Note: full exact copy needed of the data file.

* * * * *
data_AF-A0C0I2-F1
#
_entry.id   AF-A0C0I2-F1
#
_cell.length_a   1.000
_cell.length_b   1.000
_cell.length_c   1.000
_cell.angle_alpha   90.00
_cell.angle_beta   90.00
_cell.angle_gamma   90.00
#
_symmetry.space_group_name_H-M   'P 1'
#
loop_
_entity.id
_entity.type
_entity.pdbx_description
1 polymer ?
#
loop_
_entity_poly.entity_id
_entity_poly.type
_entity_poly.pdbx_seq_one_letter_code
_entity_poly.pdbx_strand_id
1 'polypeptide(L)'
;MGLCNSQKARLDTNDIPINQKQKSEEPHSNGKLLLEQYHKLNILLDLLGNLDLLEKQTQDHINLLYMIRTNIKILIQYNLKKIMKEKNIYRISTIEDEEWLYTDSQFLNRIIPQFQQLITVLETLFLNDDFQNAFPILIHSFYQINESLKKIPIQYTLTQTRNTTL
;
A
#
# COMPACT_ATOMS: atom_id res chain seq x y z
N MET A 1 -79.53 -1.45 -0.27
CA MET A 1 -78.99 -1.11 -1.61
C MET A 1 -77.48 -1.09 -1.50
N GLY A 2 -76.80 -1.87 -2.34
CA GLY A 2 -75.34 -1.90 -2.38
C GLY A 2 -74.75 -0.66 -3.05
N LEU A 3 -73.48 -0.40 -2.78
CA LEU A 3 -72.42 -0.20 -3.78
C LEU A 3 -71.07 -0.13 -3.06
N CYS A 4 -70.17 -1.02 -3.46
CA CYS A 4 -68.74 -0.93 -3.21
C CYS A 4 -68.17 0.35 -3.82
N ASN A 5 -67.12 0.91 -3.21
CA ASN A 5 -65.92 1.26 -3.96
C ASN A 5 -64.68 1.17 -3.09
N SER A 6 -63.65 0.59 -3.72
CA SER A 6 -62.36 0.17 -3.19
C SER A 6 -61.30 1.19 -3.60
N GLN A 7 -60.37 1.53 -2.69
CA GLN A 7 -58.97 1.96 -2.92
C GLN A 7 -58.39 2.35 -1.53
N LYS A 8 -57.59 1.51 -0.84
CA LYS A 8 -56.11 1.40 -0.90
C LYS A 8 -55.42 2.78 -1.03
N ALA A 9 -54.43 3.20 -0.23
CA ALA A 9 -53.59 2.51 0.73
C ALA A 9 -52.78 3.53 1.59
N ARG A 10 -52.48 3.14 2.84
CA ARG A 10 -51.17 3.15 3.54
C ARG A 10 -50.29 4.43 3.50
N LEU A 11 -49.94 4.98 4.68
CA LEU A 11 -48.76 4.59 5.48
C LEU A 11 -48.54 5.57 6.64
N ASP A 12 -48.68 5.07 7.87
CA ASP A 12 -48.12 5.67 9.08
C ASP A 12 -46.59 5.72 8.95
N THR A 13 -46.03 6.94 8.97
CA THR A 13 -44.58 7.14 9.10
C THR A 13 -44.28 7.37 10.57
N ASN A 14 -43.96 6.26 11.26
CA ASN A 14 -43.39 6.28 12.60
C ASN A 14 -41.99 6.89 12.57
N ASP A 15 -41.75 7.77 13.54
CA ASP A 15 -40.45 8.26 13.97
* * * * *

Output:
data_AF-A0C0I2-F1
#
_entry.id   AF-A0C0I2-F1
#
_cell.length_a   1.000
_cell.length_b   1.000
_cell.length_c   1.000
_cell.angle_alpha   90.00
_cell.angle_beta   90.00
_cell.angle_gamma   90.00
#
_symmetry.space_group_name_H-M   'P 1'
#
loop_
_entity.id
_entity.type
_entity.pdbx_description
1 polymer ?
#
loop_
_entity_poly.entity_id
_entity_poly.type
_entity_poly.pdbx_seq_one_letter_code
_entity_poly.pdbx_strand_id
1 'polypeptide(L)'
;MGLCNSQKARLDTNDIPINQKQKSEEPHSNGKLLLEQYHKLNILLDLLGNLDLLEKQTQDHINLLYMIRTNIKILIQYNLKKIMKEKNIYRISTIEDEEWLYTDSQFLNRIIPQFQQLITVLETLFLNDDFQNAFPILIHSFYQINESLKKIPIQYTLTQTRNTTL
;
A
#
# COMPACT_ATOMS: atom_id res chain seq x y z
N MET A 1 -79.53 -1.45 -0.27
CA MET A 1 -78.99 -1.11 -1.61
C MET A 1 -77.48 -1.09 -1.50
N GLY A 2 -76.80 -1.87 -2.34
CA GLY A 2 -75.34 -1.90 -2.38
C GLY A 2 -74.75 -0.66 -3.05
N LEU A 3 -73.48 -0.40 -2.78
CA LEU A 3 -72.42 -0.20 -3.78
C LEU A 3 -71.07 -0.13 -3.06
N CYS A 4 -70.17 -1.02 -3.46
CA CYS A 4 -68.74 -0.93 -3.21
C CYS A 4 -68.17 0.35 -3.82
N ASN A 5 -67.12 0.91 -3.21
CA ASN A 5 -65.92 1.26 -3.96
C ASN A 5 -64.68 1.17 -3.09
N SER A 6 -63.65 0.59 -3.72
CA SER A 6 -62.36 0.17 -3.19
C SER A 6 -61.30 1.19 -3.60
N GLN A 7 -60.37 1.53 -2.69
CA GLN A 7 -58.97 1.96 -2.92
C GLN A 7 -58.39 2.35 -1.53
N LYS A 8 -57.59 1.51 -0.84
CA LYS A 8 -56.11 1.40 -0.90
C LYS A 8 -55.42 2.78 -1.03
N ALA A 9 -54.43 3.20 -0.23
CA ALA A 9 -53.59 2.51 0.73
C ALA A 9 -52.78 3.53 1.59
N ARG A 10 -52.48 3.14 2.84
CA ARG A 10 -51.17 3.15 3.54
C ARG A 10 -50.29 4.43 3.50
N LEU A 11 -49.94 4.98 4.68
CA LEU A 11 -48.76 4.59 5.48
C LEU A 11 -48.54 5.57 6.64
N ASP A 12 -48.68 5.07 7.87
CA ASP A 12 -48.12 5.67 9.08
C ASP A 12 -46.59 5.72 8.95
N THR A 13 -46.03 6.94 8.97
CA THR A 13 -44.58 7.14 9.10
C THR A 13 -44.28 7.37 10.57
N ASN A 14 -43.96 6.26 11.26
CA ASN A 14 -43.39 6.28 12.60
C ASN A 14 -41.99 6.89 12.57
N ASP A 15 -41.75 7.77 13.54
CA ASP A 15 -40.45 8.26 13.97